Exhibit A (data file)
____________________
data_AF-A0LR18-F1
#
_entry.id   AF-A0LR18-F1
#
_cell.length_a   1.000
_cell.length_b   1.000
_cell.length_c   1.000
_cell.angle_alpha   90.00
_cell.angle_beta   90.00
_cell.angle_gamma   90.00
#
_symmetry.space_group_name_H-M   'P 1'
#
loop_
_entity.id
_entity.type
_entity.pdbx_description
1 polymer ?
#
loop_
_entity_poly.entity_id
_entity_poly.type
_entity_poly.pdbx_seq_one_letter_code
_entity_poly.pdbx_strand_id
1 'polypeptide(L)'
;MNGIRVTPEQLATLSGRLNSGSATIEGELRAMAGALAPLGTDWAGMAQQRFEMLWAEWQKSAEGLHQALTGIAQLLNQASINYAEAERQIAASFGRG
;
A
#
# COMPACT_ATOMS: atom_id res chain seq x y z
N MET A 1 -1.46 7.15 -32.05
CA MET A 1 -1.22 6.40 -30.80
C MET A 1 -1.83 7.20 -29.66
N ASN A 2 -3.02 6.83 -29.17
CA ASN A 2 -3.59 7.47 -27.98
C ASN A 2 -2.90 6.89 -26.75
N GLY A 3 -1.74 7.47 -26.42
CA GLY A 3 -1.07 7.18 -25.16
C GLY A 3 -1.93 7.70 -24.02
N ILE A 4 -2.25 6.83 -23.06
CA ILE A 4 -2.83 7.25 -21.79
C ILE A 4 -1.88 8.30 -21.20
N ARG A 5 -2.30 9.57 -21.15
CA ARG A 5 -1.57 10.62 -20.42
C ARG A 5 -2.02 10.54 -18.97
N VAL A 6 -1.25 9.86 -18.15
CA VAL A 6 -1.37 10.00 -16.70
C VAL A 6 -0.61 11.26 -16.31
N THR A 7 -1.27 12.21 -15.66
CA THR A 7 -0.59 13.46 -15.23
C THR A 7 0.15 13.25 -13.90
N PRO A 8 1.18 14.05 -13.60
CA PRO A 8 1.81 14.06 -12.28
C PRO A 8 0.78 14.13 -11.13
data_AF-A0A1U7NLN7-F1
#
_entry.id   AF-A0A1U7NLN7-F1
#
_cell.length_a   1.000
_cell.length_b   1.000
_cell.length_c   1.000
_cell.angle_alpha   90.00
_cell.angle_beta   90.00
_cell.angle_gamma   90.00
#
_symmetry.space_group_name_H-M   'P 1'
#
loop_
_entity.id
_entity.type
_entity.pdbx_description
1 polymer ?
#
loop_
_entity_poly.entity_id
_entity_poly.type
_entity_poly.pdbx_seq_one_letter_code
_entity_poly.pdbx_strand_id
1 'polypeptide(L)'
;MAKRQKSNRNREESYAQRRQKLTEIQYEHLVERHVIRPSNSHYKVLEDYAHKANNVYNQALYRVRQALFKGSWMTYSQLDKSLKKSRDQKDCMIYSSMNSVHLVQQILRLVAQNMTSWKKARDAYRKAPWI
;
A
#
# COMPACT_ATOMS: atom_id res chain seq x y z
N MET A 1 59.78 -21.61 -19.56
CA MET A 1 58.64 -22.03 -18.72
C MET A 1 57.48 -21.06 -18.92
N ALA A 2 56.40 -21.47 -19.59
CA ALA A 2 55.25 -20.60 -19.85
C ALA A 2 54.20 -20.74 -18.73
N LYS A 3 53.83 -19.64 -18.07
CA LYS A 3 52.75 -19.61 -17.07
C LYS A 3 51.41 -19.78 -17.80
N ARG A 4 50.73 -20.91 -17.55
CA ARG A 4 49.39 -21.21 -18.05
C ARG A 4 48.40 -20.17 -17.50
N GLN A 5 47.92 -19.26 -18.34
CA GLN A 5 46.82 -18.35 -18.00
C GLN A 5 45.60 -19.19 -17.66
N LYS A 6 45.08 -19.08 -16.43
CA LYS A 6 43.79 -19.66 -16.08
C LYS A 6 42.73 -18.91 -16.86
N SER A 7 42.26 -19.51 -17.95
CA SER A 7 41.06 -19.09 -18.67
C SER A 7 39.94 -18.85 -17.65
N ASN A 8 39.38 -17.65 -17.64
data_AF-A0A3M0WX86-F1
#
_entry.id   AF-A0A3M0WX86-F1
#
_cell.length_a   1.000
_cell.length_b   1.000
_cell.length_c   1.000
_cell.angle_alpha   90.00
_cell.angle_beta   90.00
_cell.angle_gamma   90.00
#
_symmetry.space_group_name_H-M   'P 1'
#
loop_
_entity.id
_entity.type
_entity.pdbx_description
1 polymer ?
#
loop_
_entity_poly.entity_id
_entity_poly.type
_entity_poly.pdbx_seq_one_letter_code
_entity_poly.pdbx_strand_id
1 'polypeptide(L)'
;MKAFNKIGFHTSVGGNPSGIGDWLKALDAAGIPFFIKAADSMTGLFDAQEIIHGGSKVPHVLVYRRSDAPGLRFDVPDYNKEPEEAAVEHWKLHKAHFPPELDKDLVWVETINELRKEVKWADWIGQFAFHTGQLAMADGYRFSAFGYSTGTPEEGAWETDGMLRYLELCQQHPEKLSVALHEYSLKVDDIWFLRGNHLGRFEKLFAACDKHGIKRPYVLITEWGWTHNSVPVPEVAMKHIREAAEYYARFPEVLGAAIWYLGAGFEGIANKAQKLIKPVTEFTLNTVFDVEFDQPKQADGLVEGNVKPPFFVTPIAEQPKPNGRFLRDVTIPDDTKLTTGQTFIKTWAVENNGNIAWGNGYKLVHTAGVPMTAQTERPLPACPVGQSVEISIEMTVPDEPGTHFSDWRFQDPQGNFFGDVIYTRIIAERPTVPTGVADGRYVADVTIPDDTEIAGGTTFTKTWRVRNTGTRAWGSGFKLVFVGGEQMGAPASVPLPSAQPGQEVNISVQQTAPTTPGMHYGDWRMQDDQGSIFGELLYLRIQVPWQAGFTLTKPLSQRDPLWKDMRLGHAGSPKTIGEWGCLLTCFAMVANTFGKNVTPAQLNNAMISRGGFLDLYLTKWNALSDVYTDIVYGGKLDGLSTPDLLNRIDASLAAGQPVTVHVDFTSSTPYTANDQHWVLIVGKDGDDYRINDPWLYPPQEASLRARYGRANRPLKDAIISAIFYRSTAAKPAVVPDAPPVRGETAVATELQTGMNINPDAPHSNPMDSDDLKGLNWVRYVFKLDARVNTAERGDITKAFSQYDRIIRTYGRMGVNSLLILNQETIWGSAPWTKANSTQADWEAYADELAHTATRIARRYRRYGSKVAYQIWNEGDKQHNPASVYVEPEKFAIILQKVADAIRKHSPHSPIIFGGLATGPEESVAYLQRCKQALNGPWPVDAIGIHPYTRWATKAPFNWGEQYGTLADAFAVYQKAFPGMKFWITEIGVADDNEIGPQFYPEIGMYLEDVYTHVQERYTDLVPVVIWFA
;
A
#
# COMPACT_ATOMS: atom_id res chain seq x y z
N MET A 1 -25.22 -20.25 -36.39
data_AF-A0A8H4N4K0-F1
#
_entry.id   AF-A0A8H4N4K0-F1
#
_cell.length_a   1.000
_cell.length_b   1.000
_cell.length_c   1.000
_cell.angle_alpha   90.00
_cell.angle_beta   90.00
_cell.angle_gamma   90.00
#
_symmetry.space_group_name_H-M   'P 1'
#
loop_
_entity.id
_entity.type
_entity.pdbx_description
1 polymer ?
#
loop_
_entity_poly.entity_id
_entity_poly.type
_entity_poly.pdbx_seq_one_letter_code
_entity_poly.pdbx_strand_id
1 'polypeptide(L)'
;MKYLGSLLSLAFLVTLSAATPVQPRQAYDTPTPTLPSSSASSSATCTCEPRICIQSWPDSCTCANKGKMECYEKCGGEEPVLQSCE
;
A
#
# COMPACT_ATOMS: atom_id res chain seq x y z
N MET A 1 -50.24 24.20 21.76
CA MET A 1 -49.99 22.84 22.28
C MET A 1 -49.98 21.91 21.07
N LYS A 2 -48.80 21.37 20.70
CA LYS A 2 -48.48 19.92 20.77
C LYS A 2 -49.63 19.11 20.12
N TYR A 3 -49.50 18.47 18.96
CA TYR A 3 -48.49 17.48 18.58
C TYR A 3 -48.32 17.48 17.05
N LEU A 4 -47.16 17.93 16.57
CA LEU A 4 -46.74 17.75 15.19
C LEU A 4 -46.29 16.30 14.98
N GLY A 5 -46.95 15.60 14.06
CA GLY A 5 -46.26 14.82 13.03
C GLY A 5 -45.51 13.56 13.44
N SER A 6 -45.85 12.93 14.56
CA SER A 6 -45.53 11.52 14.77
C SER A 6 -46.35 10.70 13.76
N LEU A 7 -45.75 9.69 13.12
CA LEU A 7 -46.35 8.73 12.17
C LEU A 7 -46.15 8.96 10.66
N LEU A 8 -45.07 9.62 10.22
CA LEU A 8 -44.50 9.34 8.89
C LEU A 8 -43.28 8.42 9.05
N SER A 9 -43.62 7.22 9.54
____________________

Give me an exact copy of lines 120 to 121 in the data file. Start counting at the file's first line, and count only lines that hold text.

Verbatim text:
loop_
_entity.id